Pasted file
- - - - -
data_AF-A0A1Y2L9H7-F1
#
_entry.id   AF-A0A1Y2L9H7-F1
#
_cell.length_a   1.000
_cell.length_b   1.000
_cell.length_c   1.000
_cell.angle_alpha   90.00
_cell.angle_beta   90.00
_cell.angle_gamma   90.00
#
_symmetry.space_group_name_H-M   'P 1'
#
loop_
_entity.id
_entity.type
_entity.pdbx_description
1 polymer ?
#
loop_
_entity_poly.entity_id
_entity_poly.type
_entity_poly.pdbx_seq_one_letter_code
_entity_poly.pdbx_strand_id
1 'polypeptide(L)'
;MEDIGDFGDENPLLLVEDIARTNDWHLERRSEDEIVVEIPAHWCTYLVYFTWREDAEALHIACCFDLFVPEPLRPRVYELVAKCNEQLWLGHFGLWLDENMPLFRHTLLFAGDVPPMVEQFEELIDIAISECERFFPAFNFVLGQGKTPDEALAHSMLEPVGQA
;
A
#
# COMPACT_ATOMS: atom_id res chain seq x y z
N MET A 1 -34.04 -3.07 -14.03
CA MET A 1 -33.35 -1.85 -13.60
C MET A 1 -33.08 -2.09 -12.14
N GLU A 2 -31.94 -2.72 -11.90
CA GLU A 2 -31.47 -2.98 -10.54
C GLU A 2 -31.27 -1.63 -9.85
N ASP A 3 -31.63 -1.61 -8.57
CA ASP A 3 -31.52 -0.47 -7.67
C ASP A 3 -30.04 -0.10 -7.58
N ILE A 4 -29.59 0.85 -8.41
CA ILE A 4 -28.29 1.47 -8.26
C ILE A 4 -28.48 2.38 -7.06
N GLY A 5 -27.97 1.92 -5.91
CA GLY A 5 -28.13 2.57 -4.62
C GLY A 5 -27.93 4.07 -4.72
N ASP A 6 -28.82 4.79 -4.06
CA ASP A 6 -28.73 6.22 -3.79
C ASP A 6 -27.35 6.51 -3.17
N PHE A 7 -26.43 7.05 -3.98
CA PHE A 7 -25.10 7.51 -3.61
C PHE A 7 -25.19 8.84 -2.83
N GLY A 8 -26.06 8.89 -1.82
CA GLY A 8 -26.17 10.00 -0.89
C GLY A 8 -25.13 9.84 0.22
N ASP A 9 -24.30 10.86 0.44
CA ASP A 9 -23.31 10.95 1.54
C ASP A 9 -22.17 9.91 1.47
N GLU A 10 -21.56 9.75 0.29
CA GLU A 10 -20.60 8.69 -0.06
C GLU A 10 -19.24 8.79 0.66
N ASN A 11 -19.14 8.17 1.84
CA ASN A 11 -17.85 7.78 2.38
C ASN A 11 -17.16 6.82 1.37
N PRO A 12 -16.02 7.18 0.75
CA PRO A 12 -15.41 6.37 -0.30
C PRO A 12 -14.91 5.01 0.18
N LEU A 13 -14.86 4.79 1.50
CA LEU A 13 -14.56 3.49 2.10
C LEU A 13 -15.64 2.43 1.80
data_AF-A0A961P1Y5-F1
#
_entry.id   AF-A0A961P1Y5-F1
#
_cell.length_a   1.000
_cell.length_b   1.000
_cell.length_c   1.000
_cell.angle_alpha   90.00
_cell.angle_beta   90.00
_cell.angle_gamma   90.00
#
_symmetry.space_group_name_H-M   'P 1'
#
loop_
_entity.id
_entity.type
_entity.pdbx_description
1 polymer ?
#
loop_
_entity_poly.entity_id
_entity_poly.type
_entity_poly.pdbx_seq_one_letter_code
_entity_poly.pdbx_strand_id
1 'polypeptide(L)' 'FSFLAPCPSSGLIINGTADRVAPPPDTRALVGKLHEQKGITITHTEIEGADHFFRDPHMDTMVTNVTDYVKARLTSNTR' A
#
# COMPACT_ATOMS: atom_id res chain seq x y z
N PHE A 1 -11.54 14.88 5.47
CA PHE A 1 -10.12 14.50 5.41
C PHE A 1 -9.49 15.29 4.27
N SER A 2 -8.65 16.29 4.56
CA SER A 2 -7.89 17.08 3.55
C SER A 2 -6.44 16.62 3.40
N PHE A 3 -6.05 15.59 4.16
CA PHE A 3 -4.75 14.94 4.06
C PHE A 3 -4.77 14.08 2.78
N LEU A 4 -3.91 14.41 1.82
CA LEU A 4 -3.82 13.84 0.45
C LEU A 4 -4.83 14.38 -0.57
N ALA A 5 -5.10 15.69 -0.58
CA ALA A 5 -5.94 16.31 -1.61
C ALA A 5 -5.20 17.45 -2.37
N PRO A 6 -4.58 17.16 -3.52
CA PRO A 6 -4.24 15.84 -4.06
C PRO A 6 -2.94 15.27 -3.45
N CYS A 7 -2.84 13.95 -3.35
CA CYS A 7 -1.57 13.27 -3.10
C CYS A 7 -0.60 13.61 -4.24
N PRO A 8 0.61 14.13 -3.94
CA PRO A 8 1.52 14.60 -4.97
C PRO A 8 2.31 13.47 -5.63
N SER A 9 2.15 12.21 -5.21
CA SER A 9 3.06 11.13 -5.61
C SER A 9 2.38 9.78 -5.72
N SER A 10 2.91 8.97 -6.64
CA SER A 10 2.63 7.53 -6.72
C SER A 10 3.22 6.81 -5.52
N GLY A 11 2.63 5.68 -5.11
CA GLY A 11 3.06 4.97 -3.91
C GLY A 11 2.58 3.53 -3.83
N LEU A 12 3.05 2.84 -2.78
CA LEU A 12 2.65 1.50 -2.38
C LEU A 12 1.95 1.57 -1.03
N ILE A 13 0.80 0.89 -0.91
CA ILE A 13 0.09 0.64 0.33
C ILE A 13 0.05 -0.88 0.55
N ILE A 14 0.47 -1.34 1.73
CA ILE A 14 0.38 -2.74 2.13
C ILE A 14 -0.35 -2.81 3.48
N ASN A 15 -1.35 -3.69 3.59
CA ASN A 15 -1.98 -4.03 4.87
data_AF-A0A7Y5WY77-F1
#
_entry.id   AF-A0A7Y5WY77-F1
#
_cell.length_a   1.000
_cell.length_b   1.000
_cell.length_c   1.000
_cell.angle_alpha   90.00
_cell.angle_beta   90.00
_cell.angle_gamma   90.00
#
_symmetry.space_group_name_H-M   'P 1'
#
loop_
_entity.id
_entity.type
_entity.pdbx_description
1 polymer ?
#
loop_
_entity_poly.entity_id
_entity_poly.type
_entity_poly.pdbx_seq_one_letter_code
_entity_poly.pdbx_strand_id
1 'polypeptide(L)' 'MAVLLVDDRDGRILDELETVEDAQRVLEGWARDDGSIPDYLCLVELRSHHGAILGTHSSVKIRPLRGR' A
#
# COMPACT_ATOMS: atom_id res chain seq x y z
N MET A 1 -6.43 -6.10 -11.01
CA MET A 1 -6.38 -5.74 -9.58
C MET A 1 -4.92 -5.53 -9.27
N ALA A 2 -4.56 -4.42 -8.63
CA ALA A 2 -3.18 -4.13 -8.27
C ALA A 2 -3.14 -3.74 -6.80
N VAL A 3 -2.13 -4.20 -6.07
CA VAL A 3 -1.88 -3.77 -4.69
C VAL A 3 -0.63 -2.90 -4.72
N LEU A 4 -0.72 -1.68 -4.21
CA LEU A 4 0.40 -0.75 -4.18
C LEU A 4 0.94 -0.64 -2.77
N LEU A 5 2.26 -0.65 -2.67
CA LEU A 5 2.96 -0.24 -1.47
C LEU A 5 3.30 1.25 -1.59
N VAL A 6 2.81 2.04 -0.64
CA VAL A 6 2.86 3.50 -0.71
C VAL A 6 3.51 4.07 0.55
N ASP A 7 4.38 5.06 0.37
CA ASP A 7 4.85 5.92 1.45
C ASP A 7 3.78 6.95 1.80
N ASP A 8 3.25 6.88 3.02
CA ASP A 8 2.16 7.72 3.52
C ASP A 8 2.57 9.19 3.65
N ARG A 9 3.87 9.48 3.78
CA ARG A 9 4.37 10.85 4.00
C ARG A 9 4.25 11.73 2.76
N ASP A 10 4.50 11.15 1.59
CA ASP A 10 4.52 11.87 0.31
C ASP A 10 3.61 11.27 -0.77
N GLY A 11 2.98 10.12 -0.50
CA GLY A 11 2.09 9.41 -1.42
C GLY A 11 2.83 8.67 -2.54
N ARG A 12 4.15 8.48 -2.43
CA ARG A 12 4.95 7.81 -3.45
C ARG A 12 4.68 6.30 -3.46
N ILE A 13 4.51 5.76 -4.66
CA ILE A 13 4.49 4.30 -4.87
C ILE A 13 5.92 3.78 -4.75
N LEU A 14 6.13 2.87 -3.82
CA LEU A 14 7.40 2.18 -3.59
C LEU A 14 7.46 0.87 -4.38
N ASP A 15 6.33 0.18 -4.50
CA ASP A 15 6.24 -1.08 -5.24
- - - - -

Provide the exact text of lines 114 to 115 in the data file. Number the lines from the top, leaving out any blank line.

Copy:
C PRO A 6 -2.94 15.27 -3.45
N CYS A 7 -2.84 13.95 -3.35